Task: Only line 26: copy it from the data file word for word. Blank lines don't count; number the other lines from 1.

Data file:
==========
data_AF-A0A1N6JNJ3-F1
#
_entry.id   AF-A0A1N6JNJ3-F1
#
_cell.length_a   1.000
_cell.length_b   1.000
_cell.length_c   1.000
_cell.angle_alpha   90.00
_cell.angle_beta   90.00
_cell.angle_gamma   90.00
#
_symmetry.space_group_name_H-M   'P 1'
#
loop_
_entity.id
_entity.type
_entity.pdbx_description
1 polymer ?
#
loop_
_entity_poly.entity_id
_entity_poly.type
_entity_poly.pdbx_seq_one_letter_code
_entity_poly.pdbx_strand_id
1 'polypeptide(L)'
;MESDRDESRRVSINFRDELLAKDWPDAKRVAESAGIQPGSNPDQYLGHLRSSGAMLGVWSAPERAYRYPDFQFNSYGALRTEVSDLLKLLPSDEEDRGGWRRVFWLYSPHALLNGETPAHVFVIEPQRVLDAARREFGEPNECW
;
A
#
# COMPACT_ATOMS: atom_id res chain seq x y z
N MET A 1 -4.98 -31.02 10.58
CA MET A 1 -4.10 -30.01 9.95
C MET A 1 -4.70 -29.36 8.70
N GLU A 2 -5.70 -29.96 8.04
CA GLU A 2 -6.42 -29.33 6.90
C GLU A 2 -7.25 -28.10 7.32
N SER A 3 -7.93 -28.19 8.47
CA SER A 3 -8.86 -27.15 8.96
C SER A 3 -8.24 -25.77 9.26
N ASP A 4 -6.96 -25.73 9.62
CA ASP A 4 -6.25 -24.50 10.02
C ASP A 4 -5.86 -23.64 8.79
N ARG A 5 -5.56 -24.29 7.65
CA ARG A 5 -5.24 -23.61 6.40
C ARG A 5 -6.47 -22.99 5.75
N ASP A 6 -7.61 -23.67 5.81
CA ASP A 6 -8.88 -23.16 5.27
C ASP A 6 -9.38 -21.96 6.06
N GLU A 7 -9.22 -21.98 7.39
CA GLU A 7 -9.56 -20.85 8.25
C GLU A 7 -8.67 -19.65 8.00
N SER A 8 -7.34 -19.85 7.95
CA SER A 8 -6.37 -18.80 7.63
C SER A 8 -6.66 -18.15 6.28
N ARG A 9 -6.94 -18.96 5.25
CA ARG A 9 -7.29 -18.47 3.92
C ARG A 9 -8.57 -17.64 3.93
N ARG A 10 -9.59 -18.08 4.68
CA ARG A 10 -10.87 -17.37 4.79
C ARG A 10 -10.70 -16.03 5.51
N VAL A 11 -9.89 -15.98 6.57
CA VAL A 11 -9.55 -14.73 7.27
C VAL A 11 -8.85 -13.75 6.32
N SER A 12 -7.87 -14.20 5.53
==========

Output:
;MESDRDESRRVSINFRDELLAKDWPDAKRVAESAGIQPGSNPDQYLGHLRSSGAMLGVWSAPERAYRYPDFQFNSYGALRTEVSDLLKLLPSDEEDRGGWRRVFWLYSPHALLNGETPAHVFVIEPQRVLDAARREFGEPNECW